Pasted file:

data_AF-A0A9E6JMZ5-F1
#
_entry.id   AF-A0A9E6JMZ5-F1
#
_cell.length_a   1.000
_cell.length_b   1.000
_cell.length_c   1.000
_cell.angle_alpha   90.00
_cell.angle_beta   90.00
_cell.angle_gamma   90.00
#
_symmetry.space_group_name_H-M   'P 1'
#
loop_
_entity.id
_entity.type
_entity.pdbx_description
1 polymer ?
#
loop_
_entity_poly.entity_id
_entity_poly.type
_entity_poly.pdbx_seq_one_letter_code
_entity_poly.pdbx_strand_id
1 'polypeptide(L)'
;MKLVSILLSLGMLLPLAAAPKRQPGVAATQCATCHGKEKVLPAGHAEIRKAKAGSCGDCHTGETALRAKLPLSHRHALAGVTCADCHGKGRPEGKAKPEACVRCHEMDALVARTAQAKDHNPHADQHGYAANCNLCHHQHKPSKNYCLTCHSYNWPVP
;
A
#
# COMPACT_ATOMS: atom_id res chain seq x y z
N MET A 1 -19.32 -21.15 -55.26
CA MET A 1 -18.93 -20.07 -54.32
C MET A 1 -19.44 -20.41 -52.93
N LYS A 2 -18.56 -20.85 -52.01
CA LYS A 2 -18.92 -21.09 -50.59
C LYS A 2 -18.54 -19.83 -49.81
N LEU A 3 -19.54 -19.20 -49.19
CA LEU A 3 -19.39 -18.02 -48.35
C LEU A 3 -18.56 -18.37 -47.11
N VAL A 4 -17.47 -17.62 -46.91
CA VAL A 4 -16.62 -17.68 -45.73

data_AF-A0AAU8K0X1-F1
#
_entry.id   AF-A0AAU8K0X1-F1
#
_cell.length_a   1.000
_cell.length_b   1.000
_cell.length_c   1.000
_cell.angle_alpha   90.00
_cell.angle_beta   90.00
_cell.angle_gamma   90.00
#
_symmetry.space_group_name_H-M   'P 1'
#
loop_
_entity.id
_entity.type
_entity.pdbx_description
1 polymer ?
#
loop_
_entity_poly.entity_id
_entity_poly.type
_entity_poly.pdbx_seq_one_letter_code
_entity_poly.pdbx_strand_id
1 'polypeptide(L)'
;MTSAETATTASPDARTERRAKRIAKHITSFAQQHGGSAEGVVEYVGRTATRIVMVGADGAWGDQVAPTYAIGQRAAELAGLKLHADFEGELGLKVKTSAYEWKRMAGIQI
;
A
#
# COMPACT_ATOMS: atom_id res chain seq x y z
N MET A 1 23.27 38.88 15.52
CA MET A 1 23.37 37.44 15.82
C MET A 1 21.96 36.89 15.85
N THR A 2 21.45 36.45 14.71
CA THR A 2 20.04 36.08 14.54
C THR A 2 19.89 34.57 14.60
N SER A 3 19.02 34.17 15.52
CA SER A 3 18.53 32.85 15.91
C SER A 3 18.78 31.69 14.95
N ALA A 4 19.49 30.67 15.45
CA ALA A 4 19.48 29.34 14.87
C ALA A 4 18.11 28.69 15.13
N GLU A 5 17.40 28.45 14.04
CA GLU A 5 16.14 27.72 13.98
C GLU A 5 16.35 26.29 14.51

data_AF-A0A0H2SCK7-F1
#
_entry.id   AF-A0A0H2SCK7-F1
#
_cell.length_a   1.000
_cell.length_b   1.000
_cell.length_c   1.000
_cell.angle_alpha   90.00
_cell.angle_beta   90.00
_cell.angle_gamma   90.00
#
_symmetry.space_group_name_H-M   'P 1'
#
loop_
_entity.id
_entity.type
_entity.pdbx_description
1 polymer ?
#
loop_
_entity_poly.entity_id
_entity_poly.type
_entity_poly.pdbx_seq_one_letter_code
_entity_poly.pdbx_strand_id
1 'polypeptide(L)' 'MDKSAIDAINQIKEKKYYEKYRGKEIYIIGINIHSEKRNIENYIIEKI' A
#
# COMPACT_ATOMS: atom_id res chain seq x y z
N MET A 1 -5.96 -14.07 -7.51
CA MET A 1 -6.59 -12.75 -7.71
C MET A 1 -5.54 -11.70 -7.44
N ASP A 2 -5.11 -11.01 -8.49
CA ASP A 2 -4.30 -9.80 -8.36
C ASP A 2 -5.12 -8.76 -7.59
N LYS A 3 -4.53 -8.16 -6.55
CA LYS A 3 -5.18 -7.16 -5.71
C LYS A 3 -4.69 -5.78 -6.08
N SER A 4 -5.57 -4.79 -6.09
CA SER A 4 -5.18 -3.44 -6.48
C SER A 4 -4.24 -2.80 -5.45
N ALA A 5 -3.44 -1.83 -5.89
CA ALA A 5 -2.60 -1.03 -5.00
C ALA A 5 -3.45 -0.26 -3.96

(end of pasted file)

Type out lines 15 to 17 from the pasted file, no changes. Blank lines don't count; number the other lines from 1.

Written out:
_entity.id
_entity.type
_entity.pdbx_description